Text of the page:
Preparation of documentary evidence of transactions is important for a business. Business documentation serves several purposes such as accounting evidence, audit trail, adherence to other jurisdictional laws etc. The revenue generation function is one such area in which documentation is key. Whether the entity is a manufacturer, trader or service provider, the basis of its revenue generation is the sales it makes and the billing that it raises on its customers. It is on the basis of this sales billing that the entity receives money from its customers.
This article looks at meaning of and differences between two important steps in an entity’s sales and billing cycle- invoice and receipt.
Definitions and meanings
An invoice is a document raised by a vendor on its customer indicating the nature of goods/services provided and the amount due for the same.
The key information that is usually found in an invoice is as follows:
- Name and address of the vendor
- Invoice number
- Invoice date
- Tax registration number of the vendor
- Customer name and address
- Nature of goods/service provided
- Quantity provided
- Taxes charged
- Total amount invoiced
- Discount details if any
- Signature of the vendor
- Payment terms including credit period
- Payment details such as bank details
A proforma of an invoice is given below:
Issuing an invoice follows the provision of goods or rendition of services by the vendor. An invoice is categorized as an accounting document and serves as evidence of goods/ services provided and amounts receivable/payable. It is on the basis of an invoice that a seller records sale in its books and a customer records purchase in its books.
A receipt is an acknowledgement document issued by the vendor to its customer confirming receipt of payment from the customer.
After invoicing of goods/services, vendors generally provide a credit period to its customer for payment of the invoices. When a customer clears the invoices by making payment, the vendor issues a receipt as an acknowledgement of the same. Receipt is often prepared and sent at the behest of the customer.
One receipt can be issued for payment against a single invoice or against payment for several invoices collectively.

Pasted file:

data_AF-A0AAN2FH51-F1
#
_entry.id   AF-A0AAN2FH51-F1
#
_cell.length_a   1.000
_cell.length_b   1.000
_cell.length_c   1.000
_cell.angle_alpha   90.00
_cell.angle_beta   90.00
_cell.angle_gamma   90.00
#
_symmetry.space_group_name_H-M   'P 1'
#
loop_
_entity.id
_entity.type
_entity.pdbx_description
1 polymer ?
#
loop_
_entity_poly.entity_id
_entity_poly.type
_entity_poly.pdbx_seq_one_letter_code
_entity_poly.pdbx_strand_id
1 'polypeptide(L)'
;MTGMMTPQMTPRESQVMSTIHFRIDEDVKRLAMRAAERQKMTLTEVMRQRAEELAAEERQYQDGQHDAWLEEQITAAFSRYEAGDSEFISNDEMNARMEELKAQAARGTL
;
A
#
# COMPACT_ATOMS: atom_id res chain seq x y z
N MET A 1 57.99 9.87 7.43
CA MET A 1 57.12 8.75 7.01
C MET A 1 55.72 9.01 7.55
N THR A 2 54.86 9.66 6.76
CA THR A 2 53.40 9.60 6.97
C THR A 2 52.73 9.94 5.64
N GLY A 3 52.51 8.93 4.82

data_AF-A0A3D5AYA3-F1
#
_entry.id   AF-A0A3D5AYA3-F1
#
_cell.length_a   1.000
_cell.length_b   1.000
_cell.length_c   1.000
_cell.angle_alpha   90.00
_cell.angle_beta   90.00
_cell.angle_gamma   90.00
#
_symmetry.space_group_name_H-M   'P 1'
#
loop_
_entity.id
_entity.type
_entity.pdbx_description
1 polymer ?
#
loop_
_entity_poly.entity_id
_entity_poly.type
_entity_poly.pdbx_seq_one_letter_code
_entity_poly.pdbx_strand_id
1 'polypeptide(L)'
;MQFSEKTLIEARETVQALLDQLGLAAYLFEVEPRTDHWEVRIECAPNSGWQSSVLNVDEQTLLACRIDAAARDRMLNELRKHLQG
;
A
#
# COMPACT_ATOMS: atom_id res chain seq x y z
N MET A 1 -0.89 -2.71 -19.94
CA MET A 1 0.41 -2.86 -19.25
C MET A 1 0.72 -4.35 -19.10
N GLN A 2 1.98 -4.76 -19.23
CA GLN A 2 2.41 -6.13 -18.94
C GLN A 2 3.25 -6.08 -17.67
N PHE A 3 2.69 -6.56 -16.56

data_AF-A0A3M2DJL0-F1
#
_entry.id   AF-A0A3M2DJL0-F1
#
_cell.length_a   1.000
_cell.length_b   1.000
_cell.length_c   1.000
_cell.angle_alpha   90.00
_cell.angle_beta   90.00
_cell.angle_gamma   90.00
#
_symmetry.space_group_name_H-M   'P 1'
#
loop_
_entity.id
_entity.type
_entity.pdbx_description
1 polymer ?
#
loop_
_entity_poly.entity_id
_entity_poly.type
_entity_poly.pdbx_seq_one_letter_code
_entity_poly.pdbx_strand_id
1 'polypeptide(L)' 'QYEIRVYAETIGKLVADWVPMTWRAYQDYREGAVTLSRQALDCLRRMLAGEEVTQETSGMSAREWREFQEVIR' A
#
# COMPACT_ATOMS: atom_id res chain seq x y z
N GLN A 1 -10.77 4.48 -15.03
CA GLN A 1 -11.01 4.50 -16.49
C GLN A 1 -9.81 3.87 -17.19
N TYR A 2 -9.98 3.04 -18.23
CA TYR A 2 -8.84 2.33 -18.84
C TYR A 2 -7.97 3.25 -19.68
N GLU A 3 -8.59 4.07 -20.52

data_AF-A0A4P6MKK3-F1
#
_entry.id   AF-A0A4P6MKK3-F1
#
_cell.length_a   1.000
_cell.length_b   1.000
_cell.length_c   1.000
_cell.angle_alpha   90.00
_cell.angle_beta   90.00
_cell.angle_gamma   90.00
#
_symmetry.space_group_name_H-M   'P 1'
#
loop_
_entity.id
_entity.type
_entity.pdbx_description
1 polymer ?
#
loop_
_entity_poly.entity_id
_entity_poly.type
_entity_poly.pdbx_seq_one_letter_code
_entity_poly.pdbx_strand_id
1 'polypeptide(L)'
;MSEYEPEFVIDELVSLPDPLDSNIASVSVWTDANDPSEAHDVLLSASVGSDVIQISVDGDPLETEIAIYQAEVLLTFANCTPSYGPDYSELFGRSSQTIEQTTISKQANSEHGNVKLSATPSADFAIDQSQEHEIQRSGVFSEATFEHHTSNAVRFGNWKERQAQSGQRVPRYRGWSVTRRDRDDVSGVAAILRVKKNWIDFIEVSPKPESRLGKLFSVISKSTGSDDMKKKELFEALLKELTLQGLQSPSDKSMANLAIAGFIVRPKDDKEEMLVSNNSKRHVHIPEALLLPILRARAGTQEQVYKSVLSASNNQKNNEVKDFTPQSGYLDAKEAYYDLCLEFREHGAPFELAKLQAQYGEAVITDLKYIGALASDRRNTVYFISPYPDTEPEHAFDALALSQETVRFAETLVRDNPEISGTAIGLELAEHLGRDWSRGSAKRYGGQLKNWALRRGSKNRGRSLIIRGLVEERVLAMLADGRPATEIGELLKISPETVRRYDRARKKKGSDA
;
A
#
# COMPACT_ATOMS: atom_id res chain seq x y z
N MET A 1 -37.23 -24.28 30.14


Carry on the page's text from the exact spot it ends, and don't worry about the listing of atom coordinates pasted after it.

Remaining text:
A receipt typically includes the following details:
- Name of the vendor
- Name of the customer
- Receipt number
- Receipt date
- Amount received
- Mode of receipt
- Reference of invoice/s against which payment has been received
- Sign of vendor
A proforma of a receipt is given below:
Difference between invoice and receipt
The key points of difference between invoice and receipt have been listed below:
- An invoice is a legal document that evidences sale of goods by the vendor and indicates the amount payable by the customer for the sale transaction.
- A receipt is an acknowledgement document that confirms that the vendor has duly received payment against certain invoice/s from the customer.
- The purpose of an invoice is to bill the customer and collect payment from the customer against goods sold/services provided.
- The purpose of the receipt is to acknowledge payment against invoice/s to the customer.
3. Timing of issued
- Invoice is issued by the vendor when goods are sold or services are provided i.e., as a precursor to payment
- Receipt is issued after payment is received by the vendor from the customer.
- Invoice is generally the first document issued in the sales cycle.
- Receipt is generally the final document issued in the sales cycle.
5. Legality involved
- Invoice is a more formal legal document and its format may also be required to adhere to format as prescribed in jurisdictional laws, especially tax laws.
- A receipt is a less formal document in that it needn’t have any specific prescribed format mandated by the law.
6. Details included
- An invoice generally includes greater number of details from vendor and customer details to details of goods/services provided and amounts due.
- A receipt generally includes fewer details restricted to amount received and invoices against which payment has been received. Details of goods/services provided are generally not found in a receipt.
7. Accounting evidence
- Invoice serves as accounting evidence to record sales in the books of accounts of the vendor and to record purchases in the books of accounts of the customer.
- Receipt serves as an accounting evidence to the vendor for recording payment receipt in its books of account.
Conclusion – invoice vs receipt
While both invoice and receipt are issued by the vendor and sent to the customer, their purposes are completely different. While invoices are issued by vendors across categories, including both large and small vendors, formal receipts may be issued more by smaller vendors especially in case of cash receipts. In today’s day when books of accounts are predominantly digitized, larger vendors and customers can also rely on bank statements as proof of receipt/payment.